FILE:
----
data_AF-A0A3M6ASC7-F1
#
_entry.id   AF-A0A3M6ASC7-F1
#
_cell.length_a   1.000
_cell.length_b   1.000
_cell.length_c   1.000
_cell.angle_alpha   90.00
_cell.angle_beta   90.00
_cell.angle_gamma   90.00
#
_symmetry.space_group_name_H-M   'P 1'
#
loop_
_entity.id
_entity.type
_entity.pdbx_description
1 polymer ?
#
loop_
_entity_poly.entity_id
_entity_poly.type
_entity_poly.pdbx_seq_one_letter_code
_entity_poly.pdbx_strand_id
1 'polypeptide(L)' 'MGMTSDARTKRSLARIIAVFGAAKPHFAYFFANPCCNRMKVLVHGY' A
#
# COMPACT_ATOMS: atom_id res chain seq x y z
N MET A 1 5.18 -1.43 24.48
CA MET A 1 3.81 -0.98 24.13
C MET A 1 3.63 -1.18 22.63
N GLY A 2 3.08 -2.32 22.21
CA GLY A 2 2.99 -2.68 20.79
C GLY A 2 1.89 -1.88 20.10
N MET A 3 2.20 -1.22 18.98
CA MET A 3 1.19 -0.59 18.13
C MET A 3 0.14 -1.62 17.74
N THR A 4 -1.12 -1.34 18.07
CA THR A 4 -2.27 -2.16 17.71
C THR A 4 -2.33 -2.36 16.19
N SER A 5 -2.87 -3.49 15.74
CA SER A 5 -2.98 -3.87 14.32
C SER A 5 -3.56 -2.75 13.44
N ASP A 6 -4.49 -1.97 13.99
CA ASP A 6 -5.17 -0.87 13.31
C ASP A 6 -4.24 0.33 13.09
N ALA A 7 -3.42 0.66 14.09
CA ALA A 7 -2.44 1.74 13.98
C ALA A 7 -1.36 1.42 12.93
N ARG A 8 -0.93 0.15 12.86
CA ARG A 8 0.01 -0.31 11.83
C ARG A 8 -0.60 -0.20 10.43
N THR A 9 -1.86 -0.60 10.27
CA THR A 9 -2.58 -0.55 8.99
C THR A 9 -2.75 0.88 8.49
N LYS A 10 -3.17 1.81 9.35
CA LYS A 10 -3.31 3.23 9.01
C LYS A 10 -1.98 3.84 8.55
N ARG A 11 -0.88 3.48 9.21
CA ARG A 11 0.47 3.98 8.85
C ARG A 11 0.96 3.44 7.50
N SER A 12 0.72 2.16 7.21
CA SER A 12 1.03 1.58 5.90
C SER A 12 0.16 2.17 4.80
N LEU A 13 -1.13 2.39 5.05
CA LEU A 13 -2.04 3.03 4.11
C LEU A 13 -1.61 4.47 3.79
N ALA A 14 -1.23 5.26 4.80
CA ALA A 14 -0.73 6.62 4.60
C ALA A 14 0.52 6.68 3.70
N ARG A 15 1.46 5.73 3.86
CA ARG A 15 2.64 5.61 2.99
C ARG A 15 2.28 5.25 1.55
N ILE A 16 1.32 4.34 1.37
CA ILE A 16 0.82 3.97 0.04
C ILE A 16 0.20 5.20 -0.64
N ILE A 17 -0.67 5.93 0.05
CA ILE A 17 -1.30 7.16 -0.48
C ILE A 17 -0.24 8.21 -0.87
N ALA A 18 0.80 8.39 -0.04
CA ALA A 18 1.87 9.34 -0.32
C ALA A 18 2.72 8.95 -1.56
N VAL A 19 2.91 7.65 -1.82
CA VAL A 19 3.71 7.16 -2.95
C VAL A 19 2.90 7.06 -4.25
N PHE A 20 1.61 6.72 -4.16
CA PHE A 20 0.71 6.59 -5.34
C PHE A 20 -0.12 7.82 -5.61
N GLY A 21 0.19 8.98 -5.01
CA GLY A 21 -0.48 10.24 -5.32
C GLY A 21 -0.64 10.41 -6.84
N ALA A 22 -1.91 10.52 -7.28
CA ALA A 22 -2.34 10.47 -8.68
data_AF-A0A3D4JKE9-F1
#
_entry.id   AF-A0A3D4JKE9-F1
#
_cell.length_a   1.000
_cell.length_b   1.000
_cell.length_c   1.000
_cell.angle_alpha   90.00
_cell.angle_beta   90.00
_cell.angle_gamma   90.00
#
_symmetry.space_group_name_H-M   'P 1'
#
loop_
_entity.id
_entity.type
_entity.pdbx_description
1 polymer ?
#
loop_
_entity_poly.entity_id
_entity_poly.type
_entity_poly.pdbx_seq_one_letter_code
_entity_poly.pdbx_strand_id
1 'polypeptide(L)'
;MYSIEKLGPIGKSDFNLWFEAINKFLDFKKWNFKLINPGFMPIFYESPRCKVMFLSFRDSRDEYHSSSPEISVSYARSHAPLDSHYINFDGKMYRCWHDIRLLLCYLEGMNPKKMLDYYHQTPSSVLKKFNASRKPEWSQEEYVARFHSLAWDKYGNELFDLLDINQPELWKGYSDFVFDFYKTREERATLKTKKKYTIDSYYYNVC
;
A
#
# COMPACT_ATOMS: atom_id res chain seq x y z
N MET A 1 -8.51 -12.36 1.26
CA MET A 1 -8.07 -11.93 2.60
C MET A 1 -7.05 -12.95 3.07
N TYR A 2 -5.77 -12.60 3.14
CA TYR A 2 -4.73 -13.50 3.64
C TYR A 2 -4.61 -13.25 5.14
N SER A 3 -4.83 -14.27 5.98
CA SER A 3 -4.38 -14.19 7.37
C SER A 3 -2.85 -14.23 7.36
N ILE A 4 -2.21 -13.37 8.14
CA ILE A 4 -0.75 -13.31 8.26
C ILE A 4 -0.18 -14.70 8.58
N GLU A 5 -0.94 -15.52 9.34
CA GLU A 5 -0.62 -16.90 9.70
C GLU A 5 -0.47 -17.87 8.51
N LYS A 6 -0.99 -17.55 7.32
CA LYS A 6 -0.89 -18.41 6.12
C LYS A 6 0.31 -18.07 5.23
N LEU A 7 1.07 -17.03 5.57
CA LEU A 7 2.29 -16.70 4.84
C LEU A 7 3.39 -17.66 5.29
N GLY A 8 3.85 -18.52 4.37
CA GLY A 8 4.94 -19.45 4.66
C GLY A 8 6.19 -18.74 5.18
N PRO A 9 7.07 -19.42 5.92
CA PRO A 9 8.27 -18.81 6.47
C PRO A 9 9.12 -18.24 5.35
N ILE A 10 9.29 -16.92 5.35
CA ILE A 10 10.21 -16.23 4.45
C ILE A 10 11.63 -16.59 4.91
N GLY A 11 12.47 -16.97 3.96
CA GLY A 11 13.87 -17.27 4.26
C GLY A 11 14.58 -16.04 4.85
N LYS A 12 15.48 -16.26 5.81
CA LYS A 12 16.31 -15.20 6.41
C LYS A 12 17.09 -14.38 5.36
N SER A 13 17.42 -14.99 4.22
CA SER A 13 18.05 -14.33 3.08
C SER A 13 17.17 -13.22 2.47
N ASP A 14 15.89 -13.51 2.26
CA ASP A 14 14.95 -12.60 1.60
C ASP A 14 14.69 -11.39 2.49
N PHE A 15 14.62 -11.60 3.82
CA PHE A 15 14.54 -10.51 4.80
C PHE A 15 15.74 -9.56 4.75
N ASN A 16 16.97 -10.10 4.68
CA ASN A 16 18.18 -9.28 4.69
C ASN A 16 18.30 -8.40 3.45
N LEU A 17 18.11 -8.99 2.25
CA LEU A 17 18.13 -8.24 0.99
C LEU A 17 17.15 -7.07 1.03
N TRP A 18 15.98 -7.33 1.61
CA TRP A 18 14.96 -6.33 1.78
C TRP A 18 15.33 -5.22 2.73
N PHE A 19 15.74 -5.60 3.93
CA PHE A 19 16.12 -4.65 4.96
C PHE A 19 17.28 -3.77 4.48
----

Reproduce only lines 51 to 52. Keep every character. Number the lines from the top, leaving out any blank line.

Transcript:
C ARG A 8 -0.60 -0.20 10.43
N THR A 9 -1.86 -0.60 10.27